Pygmies, oysters and estuaries

On Leon’s recommendation we headed out for the pygmy cypress in the state forest.  Its not too far off the highway and definitely bizarre.  We saw lots and lots of tall pine trees then all of a sudden there is this giant patch of cypress trees growing in this swamp.  Cypress normally get really tall I guess but these were only 10 feet tall or so despite being 300 some years old.  They are not even sure why they don’t grow taller here.  If you plant one of their seeds in other locations it will grow tall like usual.  There are a couple other stands of pygmy cypress but these have bedrock very shallow in the soil…but here the soil is quite deep.  They built a board walk so you could get out over the swamp and even over the trees.  We really wanted to see some wildlife but we struck out…saw a bird and some minnows.  Still, it was a cool place.
In the trees

The lady at the museum recommended Lynn’s Quality Oysters so we stopped in there for lunch.  It does not look fancy and the guys working there might be the same guys who do the oystering.  We had lots of questions and the guy helping us used as few words as possible.  We ordered some raw oysters, some steamed with bacon, cheddar and jalapeno and some Rockefeller style (steamed with spinach and parmesean).  We also got a bowl of seafood gumbo and some shrimp dip.  Caden was the first to try the raw one…he was very brave and seemed to not mind it at all.  Dacen and Brielle were next and could not get them down their gullet….but I was proud of them for giving it a shot.  I think we all preferred the steamed ones and perhaps the Rockefeller style ones were our collective favorite.  The gumbo and the dip were both good.
Raw oysters

The town of East Point has a nature center that is free!  A really well done facility that did a great job of describing an estuary and the delicate balance between the land, fresh water and the bay.  They had 3 big aquariums: fresh water, brackish water and salt water each with a nice variety of local creatures.  One room was full of bones and shells and skulls of different local animals.  Outside there was a boardwalk out to the bay and another through the fresh water marshes.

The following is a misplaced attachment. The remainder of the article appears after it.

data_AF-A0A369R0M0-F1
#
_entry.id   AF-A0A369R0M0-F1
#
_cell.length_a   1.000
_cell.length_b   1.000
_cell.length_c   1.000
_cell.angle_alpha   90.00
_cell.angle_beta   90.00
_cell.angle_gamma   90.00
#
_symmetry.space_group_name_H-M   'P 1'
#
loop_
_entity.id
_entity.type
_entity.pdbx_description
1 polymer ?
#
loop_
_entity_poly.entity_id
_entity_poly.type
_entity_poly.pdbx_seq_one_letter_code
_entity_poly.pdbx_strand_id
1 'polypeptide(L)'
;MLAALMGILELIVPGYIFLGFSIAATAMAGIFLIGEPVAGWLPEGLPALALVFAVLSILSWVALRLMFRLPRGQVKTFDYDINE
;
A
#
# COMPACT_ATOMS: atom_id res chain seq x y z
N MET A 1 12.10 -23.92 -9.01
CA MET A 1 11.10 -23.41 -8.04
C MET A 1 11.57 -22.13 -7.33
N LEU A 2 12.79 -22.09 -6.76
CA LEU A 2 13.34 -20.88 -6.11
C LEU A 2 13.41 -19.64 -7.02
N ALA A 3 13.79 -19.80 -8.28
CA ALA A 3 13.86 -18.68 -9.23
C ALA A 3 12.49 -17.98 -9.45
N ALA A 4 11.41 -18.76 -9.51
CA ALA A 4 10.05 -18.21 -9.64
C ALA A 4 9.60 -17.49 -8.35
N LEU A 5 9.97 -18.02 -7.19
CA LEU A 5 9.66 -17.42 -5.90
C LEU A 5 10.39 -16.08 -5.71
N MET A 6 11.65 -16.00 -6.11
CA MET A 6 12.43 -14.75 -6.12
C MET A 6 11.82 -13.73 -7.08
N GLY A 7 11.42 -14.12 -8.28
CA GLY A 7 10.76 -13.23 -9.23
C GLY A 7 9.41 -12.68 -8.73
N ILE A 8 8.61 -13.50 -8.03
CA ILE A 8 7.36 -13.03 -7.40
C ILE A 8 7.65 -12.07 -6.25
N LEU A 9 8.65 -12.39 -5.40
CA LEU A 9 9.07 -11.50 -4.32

Shells and bones

We swung by to see Big Charles, a big chunk of super old cypress that was recently hauled up from the bottom of a river…I still don’t quite get the significance, but it had a plaque so it must be important.  Then we went over the bridge to Apalachicola.  Quaint, but very touristy, town.  Lots of places to shop.  We went in one that had both new and old stuff, mostly with a nautical theme.  It was fun checking out all the treasures there.  We ended up at the local park where there is this giant adirondak chair.  I was going to set up the tripod but the pair of kids, probably 12 years old, pull up in a golf cart and the girl asks if we like her to take our picture.  See?  The people here are the nicest ever!
Wee wittle Wachs

After coming home and having brats for dinner we all showered up then drove over to see the bottle house at night.  I think we were all expecting a little something more, but it was still neat.  If you can only see it once, go during the day, especially if its sunny!

At the pygmy cypress

In the trees

Mossy cypress

Overlooking pygmy cypress

Waiting for lunch

Raw oysters

Caden ate a raw oyster

Steph ate a raw oyster

Steph and Caden

Dacen tried a raw oyster

Brielle tried a raw oyster

Steamed oysters


Lunch time

Hurricane evacuation plan

Run aground

Pelicans photobombed by seagull

Oyster dock




Check this out


Examining specimines

Shells and bones



Fresh water marsh trail

Boardwalk to bay

Tradin'in the RV for this baby


We're spelling Wach

Cool ship

Pirate girl

This oar that?

Crazy driver

Wee wittle Wachs

Tree hugger


Stumpy beach


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